The reads from Holloway kept accumulating. Max began to counter the low kick of Justin with a stiff body jab, or a body kick. Max began to slam instep stamp kicks to the knees when he felt the outer realms of the pocket be breached to slow his opponent down.

The third saw Max take a more forward-facing approach. Having largely reduced the volume of output from Justin to the low kicks, seldom jabs and the occasional overhand right when Gaethje caught Max out of step with his footwork – the confidence began to grow to put the foot on the gas a little more. Teeps became a large part of the arsenal of both men from the third, Justin realising he needed something longer range to keep Max away, and Max still needing to maintain a distance he was comfortable with, regardless of his change in approach.

One of the more poignant moments was Max Holloway allowing an edge of fun to creep into what had been a cold, steeled performance of measurement and focus. A beautiful 1-2 close to the cage wall stumbled Justin back toward the fence, Max slowed and measured his targets reactions, seeing the right hand begin to chamber he immediately spins on a dime and slams a side kick into the body of Gaethje, nullifying the right hand and forcing Justin to angle out. Max throws a right high kick here, looking to close the exit door with a shin. Gaethje expertly rolls under it and looks to counter with a right hand – Max has seen it from a mile away and take the wind from the shot with a left hook to the body. A brief pocket exchange see’s Max unleash a lighting fast 3 punch combination that flashes Justin to the mat for a split second.

This tells us something about where Max was in the lead up to this fight, the seriousness with which he undertook the challenge, the increase in weight, the difficult of the opponent. It also tells us something of the internal dialogue happening, an allowance of release, a relaxation of some of the strictness of the gameplan, beautiful.

The fourth round allowed for us to see the undeniable heart and grit of Justin Gaethje. A severely damaged nose, 15 minutes in the books of punishment and yet here he is, reduced to the foundations of who he is; a fighter.

Justin looked to close the distance by any means necessary in the fourth, the low kicks landed even if punished by Holloway. Holloway’s range play added a new layer, he could now bait Justin into throwing and angle out, leaving himself with a choice as to whether to enter the pocket or to stay at range. A beautiful elbow to knee inside the pocket showed Max’s additions.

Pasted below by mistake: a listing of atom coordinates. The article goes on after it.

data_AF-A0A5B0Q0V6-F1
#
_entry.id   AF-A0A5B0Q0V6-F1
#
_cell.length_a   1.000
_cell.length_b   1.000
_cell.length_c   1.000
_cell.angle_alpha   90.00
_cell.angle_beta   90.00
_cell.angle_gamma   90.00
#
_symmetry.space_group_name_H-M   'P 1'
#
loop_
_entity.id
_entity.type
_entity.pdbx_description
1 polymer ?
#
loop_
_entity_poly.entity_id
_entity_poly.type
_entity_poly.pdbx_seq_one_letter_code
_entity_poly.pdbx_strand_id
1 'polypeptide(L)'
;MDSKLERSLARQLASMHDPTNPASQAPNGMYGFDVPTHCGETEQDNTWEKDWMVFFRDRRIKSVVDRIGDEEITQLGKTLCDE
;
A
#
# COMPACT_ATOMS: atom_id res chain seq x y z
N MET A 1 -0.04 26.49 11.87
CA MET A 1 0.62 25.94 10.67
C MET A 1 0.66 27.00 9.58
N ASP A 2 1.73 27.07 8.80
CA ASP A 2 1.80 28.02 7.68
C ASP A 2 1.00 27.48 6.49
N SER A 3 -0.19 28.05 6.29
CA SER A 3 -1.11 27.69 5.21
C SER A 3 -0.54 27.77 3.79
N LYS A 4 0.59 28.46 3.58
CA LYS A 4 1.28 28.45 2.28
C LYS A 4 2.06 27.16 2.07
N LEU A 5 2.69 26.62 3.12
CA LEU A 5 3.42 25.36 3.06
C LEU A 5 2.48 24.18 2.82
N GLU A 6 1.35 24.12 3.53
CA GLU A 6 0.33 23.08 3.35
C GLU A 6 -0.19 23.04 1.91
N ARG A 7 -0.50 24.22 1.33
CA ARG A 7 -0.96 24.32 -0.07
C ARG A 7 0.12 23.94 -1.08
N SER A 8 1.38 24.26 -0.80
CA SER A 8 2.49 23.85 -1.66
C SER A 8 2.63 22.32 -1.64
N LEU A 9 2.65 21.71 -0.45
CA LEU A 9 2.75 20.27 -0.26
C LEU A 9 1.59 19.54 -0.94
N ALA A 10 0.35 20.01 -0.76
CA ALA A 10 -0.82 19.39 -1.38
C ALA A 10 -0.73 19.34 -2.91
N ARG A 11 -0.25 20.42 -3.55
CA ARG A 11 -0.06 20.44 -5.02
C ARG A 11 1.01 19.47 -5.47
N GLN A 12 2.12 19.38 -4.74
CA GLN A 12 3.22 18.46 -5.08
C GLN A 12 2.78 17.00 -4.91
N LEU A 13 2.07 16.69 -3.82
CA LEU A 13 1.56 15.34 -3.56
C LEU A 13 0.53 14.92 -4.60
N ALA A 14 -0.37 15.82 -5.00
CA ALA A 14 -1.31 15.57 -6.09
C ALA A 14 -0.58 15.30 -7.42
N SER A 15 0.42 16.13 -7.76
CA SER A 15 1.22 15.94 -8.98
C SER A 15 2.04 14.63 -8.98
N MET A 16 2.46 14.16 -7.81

The fifth round is a poetic display of the beauty, the power, and the uniqueness of MMA. The storyline of the first three rounds was a dominant, tactical, destructive display by Holloway. The fourth a desperate push for a comeback by Gaethje. The momentum pendulum swings hard back in the favour of the Hawaiian as he sprints to the centre of the cage for the final five minutes of the contest.

The first 30 seconds see’s sniping of jabs from the bunkers of both camps. Hawaii lands the first meaningful blow with a clean 1-2 down the pipe. For a moment he thinks to jump on Gaethje, but the gameplan rushes over him and he resets – deeply impressive calmness. His moment for rushing in comes sooner rather than later.

Gathje lands a big right hand that Max feels is going to cause him to spin, in that split second, he makes a choice to use the momentum against Gaethje, spinning and landing a crushing side kick to the body of Gaethje that causes a visible wince. A huge double right hand follows that up in the next exchange, sending Gaethje wobbling backwards toward the cage wall. Holloway swarms, for a second Gathje drops to his hands before retreating to the cage wall, covering up, in survival mode.

Max rips uppercuts to the chin, devastating hooks to the body, a clean knee, and vicious straight shots to the already bludgeoned nose. Another spinning back kick threatens to put Gaethje out of the fight then and there, but the insane toughness of the American drags him through to a reset in the centre. Holloway smartly does not chase the finish here, knows there is still another 2.5 minutes to go, and anything can happen.

Tipping his hat fully to the fun, we see Holloway pull out a jump spinning side kick as a counter to the low kick of Gaethje.

We reach the final 20 seconds of the fight, Holloway staring down the barrel of a shutout performance, and Justin Gaethje throws a rolling thunder. That rolling thunder crashes into the cage wall as Holloway takes the right sided exit door, but he motions to Justin Gaethje to meet him in the middle for the final 10 seconds, no backing up, shut the phone booth door and see who makes it out. THIS IS MAX HOLLOWAY.

Max Holloway makes it out as he smashes the receiver over the head with an overhand right from the pits of hell. Justin Gaethje, face down on the floor of the canvas, lifeless. Max Holloway aloft, a war cry echoing from the barrel of his stomach, lost in the sea of noise from a baying T-Mobile arena. The souls of the Hawaiian warriors rang out from the fibrous depths of Holloways lungs, reverberated around the arena as a signal that after that level of performance, on a night like that, on a stage and card like that, Max Holloway can still drop you dead with a single second left.

The best is Blessed.